How to Overcome Hurt

Dec. 9, 2018 | By Creflo Dollar


To condemn someone is to pronounce them unfit or guilty, to announce judgment or punishment on them. If we get too hung up on our past mistakes, we can end up feeling condemned, guilty, and ashamed. The Law of Moses pointed out people’s failures and shortcomings without helping them and, unfortunately, many people are still living under the law. This mindset causes us to think we are not good enough for God to use, however the Bible says Jesus didn’t come to condemn us, but to save us. When He came, He ended the law and replaced it with grace. Our faith in His favor frees us. Preaching and demonstrating grace leads to repentance and bears much more fruit than condemnation ever could. God’s grace powerfully changed Zacchaeus, and it can have the same effect on us.

A. Grace from God frees us from condemnation, guilt, and the fear of punishment.

1. To condemn someone is to judge them unusable and pronounce disapproval of them. Being in Jesus means we are no longer condemned.

a. There is therefore now no condemnation to them which are in Christ Jesus, who walk not after the flesh, but after the Spirit (Romans 8:1).

2. For God sent not his Son into the world to condemn the world; but that the world through him might be saved. He that believeth on him is not condemned: but he that believeth not is condemned already, because he hath not believed in the name of the only begotten Son of God(John 3:17, 18).

a. God did notsend Jesus to tell us we are unfit and unusable, or to make us feel ashamed.

b. If we feel shame or condemnation, it did not come from God.

3. For the law was given by Moses, but grace and truth came by Jesus Christ(John 1:17).

a. The law has no tenderness or feeling. It is inflexible, with no compassion for human weakness. It tells us what we should be, but does not help us to be that way.

b. The law puts heavy burdens on our conscience, but it does not help us bear them. It is heartless and constantly makes demands. It condemns us.

B. We win souls to Christ not by condemning them, but by extending grace to them.

1. And when Jesus came to the place, he looked up, and saw him, and said unto him, Zacchaeus, make haste, and come down; for to day I must abide at thy house. And he made haste, and came down, and received him joyfully. And when they saw it, they all murmured, saying, That he was gone to be guest with a man that is a sinner. And Zacchaeus stood, and said unto the Lord: Behold, Lord, the half of my goods I give to the poor; and if I have taken any thing from any man by false accusation, I restore him fourfold(Luke 19:5-8).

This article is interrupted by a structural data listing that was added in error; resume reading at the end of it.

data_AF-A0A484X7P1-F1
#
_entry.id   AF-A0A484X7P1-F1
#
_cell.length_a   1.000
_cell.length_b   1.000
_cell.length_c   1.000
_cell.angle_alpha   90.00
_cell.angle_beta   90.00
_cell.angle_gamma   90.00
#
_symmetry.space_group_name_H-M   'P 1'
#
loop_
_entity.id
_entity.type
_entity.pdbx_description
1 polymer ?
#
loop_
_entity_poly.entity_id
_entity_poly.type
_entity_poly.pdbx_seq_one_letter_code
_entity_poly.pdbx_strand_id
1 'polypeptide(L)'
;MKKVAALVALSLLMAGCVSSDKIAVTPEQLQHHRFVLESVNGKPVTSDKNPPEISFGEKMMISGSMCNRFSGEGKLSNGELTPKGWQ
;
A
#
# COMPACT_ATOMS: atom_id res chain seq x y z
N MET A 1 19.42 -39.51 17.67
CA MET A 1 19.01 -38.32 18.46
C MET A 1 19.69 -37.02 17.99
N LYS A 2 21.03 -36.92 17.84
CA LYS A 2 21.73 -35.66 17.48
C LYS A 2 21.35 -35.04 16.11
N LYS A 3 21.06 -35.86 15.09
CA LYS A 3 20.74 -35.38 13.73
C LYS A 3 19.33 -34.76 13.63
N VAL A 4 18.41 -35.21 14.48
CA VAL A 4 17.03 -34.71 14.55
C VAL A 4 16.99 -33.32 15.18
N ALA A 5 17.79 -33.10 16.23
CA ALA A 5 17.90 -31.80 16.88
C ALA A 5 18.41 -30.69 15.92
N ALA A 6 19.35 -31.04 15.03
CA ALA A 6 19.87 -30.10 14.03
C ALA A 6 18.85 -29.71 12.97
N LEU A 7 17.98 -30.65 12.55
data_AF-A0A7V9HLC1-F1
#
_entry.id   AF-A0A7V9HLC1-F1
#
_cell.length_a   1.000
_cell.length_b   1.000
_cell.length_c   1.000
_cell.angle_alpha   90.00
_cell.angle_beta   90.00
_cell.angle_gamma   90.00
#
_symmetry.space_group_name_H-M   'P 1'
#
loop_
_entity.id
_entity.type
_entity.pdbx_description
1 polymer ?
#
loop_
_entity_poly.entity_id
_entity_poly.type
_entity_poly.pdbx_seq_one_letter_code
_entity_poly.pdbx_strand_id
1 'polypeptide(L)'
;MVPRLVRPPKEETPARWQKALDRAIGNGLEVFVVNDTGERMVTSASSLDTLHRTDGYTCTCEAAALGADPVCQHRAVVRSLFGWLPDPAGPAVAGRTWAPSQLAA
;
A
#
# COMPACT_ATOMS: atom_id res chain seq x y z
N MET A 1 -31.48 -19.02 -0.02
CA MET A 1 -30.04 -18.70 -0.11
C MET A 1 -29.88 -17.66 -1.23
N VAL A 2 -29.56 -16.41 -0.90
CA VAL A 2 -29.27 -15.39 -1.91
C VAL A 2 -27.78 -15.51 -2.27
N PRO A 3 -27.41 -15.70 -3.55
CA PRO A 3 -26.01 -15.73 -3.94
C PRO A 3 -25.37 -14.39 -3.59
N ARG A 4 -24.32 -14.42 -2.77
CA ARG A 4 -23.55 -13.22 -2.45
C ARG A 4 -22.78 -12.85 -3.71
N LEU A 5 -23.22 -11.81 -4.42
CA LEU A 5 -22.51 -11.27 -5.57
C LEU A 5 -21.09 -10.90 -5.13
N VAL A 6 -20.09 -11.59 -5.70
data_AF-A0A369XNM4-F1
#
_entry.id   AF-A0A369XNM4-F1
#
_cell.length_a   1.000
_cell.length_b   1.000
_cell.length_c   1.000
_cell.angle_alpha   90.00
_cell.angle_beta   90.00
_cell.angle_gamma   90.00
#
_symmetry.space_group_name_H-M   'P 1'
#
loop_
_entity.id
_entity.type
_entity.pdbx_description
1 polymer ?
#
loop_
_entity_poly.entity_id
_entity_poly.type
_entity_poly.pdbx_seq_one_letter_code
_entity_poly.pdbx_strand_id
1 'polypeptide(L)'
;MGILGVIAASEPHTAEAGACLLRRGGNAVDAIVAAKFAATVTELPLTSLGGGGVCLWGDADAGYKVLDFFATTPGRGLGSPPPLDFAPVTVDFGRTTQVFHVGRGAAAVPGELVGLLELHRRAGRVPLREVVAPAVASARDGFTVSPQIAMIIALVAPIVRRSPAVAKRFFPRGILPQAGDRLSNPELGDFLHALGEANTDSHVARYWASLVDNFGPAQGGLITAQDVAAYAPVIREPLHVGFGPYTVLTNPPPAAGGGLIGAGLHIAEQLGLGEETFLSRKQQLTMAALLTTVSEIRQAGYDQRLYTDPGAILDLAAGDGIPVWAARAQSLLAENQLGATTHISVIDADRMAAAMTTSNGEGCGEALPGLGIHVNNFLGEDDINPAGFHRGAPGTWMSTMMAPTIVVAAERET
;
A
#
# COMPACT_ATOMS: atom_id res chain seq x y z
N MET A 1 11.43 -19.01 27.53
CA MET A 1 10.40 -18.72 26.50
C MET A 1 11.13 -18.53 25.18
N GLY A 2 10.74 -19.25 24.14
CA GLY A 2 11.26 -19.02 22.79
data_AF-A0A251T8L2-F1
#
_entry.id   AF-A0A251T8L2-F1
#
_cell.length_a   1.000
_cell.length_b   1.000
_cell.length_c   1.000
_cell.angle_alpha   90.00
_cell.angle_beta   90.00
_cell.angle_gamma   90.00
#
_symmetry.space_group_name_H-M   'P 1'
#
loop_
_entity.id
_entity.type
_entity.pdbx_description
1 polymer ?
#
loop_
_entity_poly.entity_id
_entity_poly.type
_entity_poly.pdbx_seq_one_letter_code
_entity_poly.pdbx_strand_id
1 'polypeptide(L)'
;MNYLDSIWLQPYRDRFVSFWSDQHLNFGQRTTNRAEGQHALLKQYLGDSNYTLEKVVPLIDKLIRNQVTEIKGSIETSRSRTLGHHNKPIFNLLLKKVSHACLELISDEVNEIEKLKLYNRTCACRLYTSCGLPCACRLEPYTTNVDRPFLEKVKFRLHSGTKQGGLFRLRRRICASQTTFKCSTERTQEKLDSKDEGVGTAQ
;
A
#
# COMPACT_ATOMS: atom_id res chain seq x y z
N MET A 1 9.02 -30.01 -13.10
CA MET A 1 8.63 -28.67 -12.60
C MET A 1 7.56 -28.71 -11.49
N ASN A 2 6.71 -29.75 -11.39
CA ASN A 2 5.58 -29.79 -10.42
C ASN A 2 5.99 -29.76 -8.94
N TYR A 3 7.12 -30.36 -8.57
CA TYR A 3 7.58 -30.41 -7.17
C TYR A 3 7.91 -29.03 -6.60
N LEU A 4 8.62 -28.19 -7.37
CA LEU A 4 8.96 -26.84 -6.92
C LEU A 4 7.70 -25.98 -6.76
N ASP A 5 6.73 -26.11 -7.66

a. Under the law, Zacchaeus’ past condemned him. Of all the people Jesus could have chosen to visit, it is significant that He chose Zacchaeus. Jesus knew that God’s unconditional love and undeserved favor would change Zacchaeus’ life permanently.

b. God is not looking for people who qualify according to the world’s standards.

c. We do not bring people to God by condemning them, but by showing them grace.

2. And all things are of God, who hath reconciled us to himself by Jesus Christ, and hath given to us the ministry of reconciliation; To wit, that God was in Christ, reconciling the world unto himself, not imputing their trespasses unto them; and hath committed unto us the word of reconciliation. Now then we are ambassadors for Christ, as though God did beseech you by us: we pray you in Christ’s stead, be ye reconciled to God(2 Corinthians 5:18-20).

a. Reconciling man back to God was Jesus’ entire mission during His ministry.

b. When we let God use us this way, people will look at our lives and read us like living epistles.

c. The new covenant is about serving in the newness of life, not serving under the old letter of the law.

3. Ye are our epistle written in our hearts, known and read of all men: Forasmuch as ye are manifestly declared to be the epistle of Christ ministered by us, written not with ink, but with the Spirit of the living God; not in tables of stone, but in fleshy tables of the heart. And such trust have we through Christ to God-ward: Not that we are sufficient of ourselves to think any thing as of ourselves; but our sufficiency is of God; Who also hath made us able ministers of the new testament; not of the letter, but of the spirit: for the letter killeth, but the spirit giveth life(2 Corinthians 3:2-6).

a. We have been anointed to minister the new covenant.

b. “The letter” refers to performance-based Christianity, in which we work to please God and earn His blessings. This is actually laboring to get God to do what He has already done.

c. We are in a time of an explosion of grace in our lives. Nothing about true Christianity is earned; it is all about believing.